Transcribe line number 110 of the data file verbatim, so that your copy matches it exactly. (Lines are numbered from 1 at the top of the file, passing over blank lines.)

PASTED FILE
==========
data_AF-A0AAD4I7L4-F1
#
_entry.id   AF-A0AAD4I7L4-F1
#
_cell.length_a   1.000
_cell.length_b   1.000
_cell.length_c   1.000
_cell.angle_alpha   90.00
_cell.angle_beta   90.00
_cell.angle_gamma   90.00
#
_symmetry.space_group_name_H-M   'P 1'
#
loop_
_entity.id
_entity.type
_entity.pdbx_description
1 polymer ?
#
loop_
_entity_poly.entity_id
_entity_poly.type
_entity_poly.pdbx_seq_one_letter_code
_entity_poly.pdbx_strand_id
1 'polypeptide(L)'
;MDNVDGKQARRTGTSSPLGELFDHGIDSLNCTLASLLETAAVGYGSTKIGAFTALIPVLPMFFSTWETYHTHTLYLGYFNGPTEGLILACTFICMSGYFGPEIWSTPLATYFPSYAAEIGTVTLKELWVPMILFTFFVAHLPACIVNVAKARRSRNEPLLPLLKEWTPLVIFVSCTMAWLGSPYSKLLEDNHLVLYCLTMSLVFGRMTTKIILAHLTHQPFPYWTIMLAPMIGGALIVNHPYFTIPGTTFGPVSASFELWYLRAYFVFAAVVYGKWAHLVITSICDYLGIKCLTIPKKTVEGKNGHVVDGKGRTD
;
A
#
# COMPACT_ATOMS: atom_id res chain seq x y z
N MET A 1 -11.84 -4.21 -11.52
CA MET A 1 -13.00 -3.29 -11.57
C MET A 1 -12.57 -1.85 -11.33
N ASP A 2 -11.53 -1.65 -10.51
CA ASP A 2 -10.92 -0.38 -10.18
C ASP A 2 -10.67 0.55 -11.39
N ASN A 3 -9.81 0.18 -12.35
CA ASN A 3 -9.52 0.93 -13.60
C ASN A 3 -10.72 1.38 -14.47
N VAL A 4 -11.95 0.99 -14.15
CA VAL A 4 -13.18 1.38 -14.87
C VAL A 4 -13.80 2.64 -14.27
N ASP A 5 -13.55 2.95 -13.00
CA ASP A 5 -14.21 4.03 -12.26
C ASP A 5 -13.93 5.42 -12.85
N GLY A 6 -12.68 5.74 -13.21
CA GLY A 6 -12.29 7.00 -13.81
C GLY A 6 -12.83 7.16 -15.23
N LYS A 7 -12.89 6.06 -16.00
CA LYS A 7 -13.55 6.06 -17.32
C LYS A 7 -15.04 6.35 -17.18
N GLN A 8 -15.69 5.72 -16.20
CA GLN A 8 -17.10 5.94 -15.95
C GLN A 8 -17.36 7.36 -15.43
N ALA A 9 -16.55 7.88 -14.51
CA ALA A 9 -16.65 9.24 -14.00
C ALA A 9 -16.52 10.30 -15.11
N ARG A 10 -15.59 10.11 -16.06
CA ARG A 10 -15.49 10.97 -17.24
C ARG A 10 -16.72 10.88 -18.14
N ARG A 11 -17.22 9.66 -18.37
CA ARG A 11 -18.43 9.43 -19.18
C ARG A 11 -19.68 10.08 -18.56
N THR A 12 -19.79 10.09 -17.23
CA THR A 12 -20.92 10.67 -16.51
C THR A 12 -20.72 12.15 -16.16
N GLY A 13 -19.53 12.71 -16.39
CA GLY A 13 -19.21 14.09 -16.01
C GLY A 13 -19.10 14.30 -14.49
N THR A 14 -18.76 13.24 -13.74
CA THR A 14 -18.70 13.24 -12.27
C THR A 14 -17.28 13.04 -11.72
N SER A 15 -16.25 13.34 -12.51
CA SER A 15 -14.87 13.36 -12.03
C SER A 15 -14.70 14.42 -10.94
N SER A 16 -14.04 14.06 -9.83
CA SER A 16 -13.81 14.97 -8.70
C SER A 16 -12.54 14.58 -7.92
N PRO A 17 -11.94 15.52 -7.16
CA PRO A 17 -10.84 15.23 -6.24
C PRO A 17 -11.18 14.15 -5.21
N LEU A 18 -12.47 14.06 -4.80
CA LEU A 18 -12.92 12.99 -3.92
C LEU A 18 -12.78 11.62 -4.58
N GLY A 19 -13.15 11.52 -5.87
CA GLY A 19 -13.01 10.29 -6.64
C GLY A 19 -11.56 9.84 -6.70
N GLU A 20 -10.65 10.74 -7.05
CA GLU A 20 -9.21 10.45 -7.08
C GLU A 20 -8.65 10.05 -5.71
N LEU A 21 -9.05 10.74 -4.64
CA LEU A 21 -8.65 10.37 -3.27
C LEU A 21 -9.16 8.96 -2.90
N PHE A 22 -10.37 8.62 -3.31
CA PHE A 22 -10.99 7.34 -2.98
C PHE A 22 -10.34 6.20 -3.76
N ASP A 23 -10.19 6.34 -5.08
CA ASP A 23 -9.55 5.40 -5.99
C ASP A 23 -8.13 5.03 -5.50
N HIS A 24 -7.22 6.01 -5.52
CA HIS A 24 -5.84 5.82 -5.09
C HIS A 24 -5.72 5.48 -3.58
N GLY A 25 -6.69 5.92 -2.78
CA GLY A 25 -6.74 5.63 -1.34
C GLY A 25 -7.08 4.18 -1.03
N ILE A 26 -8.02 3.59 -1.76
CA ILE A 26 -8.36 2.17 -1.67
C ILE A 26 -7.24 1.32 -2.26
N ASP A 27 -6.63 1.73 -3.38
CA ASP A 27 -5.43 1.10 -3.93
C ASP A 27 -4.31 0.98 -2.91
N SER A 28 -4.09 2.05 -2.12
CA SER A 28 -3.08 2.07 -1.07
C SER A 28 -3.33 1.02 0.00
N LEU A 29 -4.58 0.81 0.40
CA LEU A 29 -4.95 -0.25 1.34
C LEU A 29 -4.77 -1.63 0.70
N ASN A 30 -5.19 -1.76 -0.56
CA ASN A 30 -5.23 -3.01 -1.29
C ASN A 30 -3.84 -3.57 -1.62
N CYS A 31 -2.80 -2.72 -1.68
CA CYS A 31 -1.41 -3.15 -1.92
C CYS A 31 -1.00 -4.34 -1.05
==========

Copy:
CA ASP A 27 -5.43 1.10 -3.93